Guarantee that insurance companies pay claims to consumers

House Bill 303 provides for increased recovery from the insurance company when the consumer (the insured) experiences damage by an uninsured motorist and the insurance company refuses to pay their claim covered under the law. This new bill would make sure that within 60 days after a written demand is made by the insured, the insurance company must pay the claim. Georgia Watch supports this bill as it ensures that consumers will have their claims paid out with increased efficiency and transparency.

Seeking Damages
Under current law, if the insurance company was found to have refused to pay the insured consumer in bad faith, the insured could recover “not more than 25 percent of the recovery and all reasonable attorney’s fees for the prosecution of the case.” This would not allow the consumer to gain back all of their losses.

In HB 303, the insurance company is liable to the insured consumer for:
(1) damages equal to the policy limits or the balance of the judgment rendered against the uninsured motorist, whichever amount is less (whether payment was denied in bad faith or not);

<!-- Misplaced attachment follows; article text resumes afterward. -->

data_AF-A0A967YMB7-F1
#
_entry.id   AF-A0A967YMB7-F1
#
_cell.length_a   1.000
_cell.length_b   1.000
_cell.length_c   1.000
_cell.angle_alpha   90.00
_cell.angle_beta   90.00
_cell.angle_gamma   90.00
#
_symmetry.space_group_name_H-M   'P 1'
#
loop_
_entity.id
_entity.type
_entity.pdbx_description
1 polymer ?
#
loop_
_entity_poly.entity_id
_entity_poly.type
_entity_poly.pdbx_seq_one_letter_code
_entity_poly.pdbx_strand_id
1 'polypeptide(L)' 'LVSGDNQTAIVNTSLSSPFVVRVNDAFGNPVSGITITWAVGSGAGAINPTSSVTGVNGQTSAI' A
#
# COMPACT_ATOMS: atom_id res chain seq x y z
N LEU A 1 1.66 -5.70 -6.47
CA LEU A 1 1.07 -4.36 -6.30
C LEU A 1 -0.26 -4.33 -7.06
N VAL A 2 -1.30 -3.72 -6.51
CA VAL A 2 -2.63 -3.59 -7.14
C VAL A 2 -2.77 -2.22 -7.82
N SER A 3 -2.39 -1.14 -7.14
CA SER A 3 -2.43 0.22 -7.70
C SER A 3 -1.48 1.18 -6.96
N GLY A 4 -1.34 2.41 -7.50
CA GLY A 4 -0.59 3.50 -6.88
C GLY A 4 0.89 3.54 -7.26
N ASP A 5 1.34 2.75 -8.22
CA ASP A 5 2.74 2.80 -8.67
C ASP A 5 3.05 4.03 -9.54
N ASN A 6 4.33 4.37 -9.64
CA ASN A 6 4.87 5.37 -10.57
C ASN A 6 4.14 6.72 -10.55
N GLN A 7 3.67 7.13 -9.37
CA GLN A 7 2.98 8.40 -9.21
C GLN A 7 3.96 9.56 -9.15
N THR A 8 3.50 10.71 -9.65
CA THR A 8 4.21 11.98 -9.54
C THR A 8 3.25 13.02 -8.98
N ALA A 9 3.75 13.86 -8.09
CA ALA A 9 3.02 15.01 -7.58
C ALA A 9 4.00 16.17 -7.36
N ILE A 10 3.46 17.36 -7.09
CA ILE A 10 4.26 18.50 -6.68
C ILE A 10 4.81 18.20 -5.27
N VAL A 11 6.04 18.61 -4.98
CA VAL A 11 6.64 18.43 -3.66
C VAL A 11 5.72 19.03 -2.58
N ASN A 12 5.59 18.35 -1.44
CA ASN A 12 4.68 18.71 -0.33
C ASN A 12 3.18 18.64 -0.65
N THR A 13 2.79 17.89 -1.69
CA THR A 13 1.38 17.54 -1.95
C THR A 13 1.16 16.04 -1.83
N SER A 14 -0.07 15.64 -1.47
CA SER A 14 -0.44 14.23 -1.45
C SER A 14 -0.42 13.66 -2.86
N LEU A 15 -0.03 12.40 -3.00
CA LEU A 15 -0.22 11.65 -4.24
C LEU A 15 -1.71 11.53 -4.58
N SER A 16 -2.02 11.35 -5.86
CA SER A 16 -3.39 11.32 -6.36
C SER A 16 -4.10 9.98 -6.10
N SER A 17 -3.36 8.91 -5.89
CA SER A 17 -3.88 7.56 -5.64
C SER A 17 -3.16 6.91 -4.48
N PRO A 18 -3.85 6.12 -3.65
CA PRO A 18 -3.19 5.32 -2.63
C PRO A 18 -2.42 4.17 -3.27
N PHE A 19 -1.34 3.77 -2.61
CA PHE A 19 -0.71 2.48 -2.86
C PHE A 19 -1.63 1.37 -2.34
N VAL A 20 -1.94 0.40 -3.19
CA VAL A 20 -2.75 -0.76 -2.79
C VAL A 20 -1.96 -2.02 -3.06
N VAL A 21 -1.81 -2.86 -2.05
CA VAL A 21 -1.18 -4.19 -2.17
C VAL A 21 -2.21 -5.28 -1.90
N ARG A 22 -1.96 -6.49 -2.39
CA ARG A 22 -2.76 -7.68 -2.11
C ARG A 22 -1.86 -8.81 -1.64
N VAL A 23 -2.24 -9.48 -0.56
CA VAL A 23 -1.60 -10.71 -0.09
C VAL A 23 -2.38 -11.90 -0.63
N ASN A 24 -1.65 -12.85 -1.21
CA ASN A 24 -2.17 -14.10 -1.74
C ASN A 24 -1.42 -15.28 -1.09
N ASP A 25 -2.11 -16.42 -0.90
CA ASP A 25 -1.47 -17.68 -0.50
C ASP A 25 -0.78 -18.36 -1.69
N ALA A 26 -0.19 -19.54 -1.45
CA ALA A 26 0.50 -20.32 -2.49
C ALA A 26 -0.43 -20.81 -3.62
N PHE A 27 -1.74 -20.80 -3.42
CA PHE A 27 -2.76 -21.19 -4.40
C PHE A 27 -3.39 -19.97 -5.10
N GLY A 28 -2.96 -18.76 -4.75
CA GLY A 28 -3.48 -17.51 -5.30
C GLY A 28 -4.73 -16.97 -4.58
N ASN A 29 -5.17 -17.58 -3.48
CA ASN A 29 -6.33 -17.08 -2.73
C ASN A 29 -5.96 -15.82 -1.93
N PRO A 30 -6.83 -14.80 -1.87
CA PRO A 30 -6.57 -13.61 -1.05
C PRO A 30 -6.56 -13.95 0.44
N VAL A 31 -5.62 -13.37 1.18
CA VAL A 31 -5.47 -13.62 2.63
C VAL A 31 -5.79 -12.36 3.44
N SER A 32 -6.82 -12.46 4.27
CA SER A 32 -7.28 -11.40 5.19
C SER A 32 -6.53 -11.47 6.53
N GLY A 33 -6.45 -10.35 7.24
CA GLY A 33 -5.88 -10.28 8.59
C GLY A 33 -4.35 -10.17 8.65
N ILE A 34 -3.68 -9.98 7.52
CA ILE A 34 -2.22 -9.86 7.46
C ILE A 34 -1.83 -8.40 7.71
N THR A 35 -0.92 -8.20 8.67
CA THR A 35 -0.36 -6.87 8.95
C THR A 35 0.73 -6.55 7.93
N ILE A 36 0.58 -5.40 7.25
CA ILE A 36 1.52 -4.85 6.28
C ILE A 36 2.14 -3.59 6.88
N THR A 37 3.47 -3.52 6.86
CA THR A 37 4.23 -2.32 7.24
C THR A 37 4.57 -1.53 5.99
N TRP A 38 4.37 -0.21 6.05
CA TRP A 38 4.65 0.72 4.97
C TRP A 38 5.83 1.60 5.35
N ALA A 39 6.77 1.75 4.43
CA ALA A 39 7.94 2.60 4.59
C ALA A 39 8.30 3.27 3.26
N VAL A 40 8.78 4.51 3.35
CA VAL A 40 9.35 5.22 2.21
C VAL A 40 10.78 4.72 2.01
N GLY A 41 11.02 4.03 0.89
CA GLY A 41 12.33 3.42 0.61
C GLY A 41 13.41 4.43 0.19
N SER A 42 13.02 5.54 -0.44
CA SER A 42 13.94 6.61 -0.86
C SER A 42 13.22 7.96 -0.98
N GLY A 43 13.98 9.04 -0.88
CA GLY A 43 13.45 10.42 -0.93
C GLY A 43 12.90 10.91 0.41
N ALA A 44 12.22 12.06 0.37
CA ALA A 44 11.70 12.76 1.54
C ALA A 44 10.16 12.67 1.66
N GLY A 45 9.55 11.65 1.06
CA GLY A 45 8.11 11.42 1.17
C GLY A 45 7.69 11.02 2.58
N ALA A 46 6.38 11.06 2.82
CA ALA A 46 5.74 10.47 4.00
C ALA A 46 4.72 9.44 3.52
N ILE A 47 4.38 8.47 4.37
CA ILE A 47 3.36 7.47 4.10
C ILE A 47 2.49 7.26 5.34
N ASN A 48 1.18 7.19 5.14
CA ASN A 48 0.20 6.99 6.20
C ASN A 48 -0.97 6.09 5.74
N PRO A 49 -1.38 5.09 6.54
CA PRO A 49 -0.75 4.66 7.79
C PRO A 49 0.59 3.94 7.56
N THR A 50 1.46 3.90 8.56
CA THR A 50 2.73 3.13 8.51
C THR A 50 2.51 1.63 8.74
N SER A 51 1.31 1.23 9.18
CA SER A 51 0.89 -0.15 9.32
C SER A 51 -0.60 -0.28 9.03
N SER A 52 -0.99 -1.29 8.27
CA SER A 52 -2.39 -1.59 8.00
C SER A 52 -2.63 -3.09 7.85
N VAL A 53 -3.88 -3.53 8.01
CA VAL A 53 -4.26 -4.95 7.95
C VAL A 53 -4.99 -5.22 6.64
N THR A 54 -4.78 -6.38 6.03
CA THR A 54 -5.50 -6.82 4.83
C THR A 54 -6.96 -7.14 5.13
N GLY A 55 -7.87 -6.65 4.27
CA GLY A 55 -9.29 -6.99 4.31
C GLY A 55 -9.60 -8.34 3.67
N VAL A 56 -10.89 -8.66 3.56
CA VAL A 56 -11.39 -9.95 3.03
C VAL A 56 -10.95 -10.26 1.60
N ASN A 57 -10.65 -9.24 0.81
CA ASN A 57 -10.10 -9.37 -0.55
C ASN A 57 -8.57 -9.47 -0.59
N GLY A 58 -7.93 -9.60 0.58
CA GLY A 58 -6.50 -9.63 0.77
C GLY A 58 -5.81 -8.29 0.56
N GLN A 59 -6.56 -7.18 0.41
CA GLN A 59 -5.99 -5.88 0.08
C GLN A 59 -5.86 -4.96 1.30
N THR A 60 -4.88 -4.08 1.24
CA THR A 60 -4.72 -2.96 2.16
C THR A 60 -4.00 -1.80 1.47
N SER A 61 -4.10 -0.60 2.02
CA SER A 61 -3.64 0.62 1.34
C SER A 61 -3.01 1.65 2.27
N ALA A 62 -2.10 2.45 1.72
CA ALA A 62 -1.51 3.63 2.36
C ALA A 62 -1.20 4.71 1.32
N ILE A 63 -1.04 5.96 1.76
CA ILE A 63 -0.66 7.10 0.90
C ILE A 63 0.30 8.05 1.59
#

(2) if the insurer is found to have refused payment to the insured in bad faith, a penalty of $25,000 or 25 percent of the damages (whichever is greater); and
(3) post-judgment interest on the damages, calculated from the date of entry of the judgment against the uninsured motorist.

Attorney Fees
As mentioned, the current law allows for the insured consumer to recover “all reasonable attorney’s fees for the prosecution of the case,” if the insurer refused payment in bad faith.

HB 303 provides that the insured consumer can recover reasonable attorney’s fees and expenses of litigation for the prosecution of the case “in [the court’s] discretion,” and only if the insured prevailed in recovering a penalty against the insurer for denying coverage in bad faith.

Who is Liable?
HB 303 maintains the requirement that the amounts due by the insurance company to the insured consumer be determined in a separate action filed by the insured against the insurer, after a judgment is rendered against the uninsured motorist. HB 303 removes old language about how attorney’s fees should be determined, because fees are now to be determined at the court’s discretion.